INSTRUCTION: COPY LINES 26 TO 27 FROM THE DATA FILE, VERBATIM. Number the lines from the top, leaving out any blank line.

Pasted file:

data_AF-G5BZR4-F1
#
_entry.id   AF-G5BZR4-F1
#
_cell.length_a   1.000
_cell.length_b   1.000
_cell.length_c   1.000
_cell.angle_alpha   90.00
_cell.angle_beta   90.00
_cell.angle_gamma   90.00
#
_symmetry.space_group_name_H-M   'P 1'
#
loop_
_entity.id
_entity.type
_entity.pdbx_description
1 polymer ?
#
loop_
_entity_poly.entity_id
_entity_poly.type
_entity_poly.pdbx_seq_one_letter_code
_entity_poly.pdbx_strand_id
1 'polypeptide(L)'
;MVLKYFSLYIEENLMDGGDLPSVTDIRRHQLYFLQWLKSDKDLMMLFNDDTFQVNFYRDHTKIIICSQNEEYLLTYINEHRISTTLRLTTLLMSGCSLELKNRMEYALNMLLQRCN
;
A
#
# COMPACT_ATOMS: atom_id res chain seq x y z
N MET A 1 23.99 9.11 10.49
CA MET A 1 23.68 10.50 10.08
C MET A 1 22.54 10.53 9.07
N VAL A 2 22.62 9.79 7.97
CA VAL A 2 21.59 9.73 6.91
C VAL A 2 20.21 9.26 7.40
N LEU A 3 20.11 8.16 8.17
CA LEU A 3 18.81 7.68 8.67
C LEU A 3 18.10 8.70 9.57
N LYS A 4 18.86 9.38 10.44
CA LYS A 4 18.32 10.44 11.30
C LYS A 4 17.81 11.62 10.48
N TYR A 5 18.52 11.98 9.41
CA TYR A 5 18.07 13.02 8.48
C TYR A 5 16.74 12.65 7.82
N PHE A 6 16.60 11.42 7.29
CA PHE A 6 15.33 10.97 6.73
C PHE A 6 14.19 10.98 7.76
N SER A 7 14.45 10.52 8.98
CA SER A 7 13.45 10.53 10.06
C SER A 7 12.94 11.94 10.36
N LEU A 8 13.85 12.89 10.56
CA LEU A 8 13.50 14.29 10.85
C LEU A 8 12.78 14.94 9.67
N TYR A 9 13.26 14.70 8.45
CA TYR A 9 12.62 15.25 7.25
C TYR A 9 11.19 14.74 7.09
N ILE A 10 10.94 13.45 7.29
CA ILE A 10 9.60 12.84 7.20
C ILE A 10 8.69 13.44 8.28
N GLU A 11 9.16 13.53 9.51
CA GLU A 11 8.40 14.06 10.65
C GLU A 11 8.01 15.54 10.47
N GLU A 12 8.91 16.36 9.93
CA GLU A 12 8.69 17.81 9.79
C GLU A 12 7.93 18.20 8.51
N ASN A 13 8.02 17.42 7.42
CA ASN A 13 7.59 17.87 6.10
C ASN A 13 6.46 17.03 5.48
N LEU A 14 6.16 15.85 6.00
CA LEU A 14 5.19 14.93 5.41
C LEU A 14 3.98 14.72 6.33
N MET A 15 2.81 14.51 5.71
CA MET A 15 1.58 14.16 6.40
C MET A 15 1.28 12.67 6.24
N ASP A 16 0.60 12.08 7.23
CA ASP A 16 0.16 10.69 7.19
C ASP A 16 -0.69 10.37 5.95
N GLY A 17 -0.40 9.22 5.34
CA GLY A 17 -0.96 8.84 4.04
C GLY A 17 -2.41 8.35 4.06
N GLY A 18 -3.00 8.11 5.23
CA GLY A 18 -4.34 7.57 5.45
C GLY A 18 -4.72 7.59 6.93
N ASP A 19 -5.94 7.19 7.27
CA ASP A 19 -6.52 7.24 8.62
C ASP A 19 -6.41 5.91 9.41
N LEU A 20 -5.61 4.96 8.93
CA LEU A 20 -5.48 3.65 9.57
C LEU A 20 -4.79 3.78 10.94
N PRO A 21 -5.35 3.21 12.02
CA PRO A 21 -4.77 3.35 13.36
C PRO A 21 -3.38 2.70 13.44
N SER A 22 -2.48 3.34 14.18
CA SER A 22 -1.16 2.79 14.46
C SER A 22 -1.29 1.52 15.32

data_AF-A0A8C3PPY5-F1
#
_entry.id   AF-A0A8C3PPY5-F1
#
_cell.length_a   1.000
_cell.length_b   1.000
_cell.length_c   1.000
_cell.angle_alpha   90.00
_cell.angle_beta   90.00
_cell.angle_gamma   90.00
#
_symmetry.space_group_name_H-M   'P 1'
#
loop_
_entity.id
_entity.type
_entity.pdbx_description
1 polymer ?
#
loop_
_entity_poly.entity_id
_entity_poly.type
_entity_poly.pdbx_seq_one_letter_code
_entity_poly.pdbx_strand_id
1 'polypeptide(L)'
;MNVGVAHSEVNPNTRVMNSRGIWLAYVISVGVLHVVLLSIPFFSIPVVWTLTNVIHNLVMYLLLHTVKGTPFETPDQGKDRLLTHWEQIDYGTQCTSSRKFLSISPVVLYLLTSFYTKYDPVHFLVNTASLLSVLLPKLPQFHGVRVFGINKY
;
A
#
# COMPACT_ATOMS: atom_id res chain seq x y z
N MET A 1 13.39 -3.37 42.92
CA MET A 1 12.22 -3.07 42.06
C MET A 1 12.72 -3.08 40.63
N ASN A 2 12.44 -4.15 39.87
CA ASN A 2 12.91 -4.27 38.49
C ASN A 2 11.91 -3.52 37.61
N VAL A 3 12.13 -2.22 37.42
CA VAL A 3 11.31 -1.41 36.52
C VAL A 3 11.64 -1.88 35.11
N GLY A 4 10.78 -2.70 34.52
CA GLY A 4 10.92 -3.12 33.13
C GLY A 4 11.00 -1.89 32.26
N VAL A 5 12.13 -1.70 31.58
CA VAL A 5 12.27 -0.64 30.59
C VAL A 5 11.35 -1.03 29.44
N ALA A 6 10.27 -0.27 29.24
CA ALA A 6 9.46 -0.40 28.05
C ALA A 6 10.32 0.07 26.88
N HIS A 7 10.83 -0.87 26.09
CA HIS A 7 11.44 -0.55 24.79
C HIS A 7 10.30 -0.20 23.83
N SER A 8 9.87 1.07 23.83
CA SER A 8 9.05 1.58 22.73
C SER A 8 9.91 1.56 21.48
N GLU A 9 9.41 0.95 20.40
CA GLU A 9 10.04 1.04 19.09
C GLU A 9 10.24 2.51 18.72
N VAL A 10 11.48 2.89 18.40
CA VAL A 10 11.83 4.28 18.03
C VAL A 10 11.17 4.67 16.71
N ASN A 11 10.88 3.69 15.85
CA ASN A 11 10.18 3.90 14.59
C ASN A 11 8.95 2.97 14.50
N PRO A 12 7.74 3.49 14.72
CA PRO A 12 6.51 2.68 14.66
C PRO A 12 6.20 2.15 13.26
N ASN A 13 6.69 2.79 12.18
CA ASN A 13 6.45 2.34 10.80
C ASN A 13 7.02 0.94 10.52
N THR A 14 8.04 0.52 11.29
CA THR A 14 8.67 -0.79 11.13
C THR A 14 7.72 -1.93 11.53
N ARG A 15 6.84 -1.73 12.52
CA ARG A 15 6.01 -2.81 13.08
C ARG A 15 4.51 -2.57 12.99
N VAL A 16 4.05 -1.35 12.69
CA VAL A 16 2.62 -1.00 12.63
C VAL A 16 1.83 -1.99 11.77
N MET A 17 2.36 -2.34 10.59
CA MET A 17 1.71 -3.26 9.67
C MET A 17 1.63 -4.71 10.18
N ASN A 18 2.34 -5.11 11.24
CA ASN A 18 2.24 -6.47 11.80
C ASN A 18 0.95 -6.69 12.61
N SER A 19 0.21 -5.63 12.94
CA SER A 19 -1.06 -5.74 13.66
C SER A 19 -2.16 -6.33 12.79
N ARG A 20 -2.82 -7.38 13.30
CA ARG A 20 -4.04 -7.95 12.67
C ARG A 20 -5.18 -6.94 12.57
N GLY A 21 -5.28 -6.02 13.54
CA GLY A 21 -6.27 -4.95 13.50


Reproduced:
;MVLKYFSLYIEENLMDGGDLPSVTDIRRHQLYFLQWLKSDKDLMMLFNDDTFQVNFYRDHTKIIICSQNEEYLLTYINEHRISTTLRLTTLLMSGCSLELKNRMEYALNMLLQRCN
;